The next surprise on our walk was the award-winning Christchurch Greyfriar's Garden (3rd Prize 2012 Best Small Public Garden).The garden is on the site of the Franciscan Church of Greyfriars which was established in 1225 following the arrival of a group of Italian Franciscan monks.  They were called Greyfriars because of the color of their clothing. Their monastery had many notable benefactors including the famous Lord Mayor, Richard Whittington who founded a library here in 1429. Many well-known people were buried in the old church, including four queens. Following the Dissolution of the Monasteries the church was converted for use as a parish church. It was destroyed in the Great Fire of 1666, and then rebuilt by Christopher Wren.  Unfortunately all but the west tower of the new church was later destroyed in WWII.  Its destruction makes it even more amazing that the much larger nearby St. Paul's survived The Blitz. 

The present rose garden was laid out on the site in 1989 with rose beds and box hedges outlining the nave of Wren's church, and with wooden towers representing the pillars which held up the roof. 

The Panyer Boy
As we neared the tube stop, this plaque caught my eye.  ‘When ye have sought the city round yet this is still the highest ground.’ This alley was once the centre of London’s bakeries, and was said (incorrectly) to be its highest point. This boy on his breadbasket has been in this area since 1688.  He now sits just beside St Paul's Tube Station.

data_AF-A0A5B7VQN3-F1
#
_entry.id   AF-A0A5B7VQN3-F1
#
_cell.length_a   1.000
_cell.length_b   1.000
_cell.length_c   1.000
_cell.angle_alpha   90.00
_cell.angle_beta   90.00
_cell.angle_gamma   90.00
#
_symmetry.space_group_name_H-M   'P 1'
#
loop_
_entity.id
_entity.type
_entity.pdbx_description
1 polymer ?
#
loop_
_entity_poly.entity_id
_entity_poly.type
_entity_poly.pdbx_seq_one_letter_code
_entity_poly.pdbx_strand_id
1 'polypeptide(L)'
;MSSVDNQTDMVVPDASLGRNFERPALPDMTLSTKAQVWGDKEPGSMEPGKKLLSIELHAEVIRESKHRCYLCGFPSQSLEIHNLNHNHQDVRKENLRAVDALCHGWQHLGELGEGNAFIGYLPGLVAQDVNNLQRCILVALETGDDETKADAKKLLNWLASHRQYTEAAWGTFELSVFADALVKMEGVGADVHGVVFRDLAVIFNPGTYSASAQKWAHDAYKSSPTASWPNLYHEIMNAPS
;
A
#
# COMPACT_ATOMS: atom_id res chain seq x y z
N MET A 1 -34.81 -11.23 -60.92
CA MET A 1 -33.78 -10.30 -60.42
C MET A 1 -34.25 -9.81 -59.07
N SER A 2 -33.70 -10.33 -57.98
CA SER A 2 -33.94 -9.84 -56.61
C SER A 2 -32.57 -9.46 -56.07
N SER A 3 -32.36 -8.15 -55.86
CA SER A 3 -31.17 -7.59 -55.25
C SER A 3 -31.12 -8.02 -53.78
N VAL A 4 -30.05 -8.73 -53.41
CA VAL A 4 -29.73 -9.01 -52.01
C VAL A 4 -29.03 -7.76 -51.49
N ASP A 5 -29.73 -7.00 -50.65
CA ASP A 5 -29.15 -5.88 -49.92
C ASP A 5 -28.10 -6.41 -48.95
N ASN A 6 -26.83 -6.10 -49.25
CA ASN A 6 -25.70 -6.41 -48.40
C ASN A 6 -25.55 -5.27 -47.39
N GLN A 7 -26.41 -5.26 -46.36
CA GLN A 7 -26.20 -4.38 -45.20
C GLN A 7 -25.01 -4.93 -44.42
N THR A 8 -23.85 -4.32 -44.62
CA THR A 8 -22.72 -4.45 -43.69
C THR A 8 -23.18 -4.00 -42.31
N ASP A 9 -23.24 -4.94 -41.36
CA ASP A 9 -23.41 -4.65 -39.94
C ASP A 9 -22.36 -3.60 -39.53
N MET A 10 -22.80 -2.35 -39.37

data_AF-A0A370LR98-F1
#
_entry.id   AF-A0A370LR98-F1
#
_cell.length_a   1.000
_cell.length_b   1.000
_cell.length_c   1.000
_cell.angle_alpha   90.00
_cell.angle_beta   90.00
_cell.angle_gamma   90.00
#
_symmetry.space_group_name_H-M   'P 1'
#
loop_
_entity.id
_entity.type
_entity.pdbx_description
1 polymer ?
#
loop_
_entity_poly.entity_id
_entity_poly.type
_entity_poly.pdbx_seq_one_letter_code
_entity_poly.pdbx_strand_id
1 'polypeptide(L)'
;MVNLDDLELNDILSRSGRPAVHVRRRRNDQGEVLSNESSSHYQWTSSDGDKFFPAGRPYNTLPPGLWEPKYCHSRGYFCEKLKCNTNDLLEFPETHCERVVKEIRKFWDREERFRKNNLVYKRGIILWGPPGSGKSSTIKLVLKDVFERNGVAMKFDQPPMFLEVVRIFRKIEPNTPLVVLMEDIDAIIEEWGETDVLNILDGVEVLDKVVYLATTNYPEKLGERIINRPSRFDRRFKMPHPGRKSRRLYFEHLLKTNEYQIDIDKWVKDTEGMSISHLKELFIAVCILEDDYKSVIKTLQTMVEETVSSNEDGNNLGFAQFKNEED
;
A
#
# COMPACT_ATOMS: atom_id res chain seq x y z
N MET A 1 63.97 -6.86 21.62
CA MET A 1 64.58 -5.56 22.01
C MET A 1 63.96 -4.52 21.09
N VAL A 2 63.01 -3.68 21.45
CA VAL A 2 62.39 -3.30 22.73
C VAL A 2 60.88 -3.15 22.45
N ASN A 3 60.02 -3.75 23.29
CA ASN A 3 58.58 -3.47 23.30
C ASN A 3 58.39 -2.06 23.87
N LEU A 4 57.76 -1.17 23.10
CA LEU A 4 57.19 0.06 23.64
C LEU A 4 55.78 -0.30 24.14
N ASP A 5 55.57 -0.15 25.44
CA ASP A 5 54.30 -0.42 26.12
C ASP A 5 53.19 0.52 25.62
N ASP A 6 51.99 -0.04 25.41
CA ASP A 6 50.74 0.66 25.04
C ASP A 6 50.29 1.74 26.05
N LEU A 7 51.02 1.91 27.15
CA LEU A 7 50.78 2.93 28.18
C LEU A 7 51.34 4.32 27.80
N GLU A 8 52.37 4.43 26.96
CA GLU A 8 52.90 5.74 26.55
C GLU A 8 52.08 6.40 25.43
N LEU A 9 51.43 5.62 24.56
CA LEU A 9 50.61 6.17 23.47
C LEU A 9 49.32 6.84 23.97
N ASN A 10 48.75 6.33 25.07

Pretty, pretty St. Paul's. Our last sight before taking the stairs down to the tube. 


Margaret said...

So cool! I really love those King Charles commemorative cups and the dolls Queen Victoria played with as a child.

Maggee said...

What a contrast of a day you had! That phone booth was cool! And a Roman Wall in London... never considered that... IF you felt like getting more of those bobbins, I can send you $$. Just sayin... Hugs!

Barb said...

It just amazes me to think about just how very old things are in England. I have found everything about this so interesting!!

Annette-California said...

That is soo cool! I loved getting to see all the fascinating trinkets, dolls, memorial marker, 100 yr old spools of threads and love the Boy sitting on the bread basket. Amazing! Your SdF is looking very pretty:) Love all the gardens too. Great day you had. love Annette

Chris said...

Sigh... Such a lovely day!

Vickie said...

Awesome Beth! I really like QueenVictoria's dolls. :)

Giovanna said...

Great pics - thanks for sharing. It was great to see the old wall again.

Athena at Minervas Garden said...

Quite a glorious juxtupostion of new and old, Beth. I normally like the old stuff more than the new, but I found those neon round shapes at the beginning quite compelling--I love the colors! And can you imagine wearing one of those huge dresses? Loved seeing the London wall and the 100-year-old bobbins, too.

Kathy Ellen said...

Thank you for sharing your beautiful photos and history on your tour of London. It truly is fascinating to think of all of the history that lies there over the centuries. When you read the stories at these ancient places, you can almost immerse yourself in it and imagine those times gone by, can't you?

Hope that the rest of your trip is wonderful and just as memorable.

Melanie said...

Sooooooooo cool!
That dress is fabulous. Can you imagine wearing that when it was new and in tip-top shape? Stunning.